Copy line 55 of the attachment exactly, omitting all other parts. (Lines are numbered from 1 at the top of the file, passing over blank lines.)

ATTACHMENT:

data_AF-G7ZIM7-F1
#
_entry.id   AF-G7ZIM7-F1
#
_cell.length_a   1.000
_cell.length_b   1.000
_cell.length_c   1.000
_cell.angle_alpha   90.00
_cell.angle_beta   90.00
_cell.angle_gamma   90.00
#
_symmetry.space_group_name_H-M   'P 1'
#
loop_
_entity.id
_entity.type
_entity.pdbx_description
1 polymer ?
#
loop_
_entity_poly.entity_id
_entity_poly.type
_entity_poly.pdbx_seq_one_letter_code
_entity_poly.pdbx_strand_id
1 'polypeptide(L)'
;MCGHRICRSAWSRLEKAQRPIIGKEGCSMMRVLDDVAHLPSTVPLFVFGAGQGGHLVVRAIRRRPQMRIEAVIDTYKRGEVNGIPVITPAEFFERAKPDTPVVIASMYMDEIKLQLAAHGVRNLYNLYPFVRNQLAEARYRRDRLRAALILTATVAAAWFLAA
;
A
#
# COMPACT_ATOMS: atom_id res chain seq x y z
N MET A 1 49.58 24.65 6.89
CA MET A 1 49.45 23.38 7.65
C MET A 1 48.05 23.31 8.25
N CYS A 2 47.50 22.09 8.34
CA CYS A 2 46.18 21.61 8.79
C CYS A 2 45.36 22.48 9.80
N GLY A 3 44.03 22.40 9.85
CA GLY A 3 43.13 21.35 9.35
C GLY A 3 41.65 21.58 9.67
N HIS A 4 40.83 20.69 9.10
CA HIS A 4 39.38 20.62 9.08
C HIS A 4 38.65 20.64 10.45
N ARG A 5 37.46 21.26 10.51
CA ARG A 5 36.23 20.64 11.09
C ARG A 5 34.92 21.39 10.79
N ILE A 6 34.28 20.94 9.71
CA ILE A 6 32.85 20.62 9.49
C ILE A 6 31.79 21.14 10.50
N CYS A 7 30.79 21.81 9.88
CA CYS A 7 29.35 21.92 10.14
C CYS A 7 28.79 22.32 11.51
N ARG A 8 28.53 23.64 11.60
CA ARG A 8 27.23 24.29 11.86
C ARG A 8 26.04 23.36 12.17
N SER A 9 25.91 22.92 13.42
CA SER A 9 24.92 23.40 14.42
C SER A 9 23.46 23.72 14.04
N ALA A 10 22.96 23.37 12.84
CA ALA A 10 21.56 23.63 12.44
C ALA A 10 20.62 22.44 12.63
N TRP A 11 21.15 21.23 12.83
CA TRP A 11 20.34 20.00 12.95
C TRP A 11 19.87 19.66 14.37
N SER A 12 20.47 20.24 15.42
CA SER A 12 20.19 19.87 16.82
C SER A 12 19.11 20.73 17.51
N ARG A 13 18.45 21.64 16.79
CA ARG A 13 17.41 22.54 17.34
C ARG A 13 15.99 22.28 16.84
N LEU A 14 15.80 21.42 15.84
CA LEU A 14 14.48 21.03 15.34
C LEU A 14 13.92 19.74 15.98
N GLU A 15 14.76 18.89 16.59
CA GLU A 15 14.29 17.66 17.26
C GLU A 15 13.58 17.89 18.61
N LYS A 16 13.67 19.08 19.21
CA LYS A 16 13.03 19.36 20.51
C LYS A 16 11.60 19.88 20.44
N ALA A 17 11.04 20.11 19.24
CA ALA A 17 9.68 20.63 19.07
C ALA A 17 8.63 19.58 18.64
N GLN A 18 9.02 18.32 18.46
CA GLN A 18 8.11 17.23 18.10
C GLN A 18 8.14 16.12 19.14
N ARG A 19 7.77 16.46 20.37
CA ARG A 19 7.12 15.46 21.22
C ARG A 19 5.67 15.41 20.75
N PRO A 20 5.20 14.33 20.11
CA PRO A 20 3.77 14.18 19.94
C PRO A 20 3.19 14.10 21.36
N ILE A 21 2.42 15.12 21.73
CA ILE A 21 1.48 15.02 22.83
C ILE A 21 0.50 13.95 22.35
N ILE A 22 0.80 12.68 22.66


N SER A 9 25.91 22.92 13.42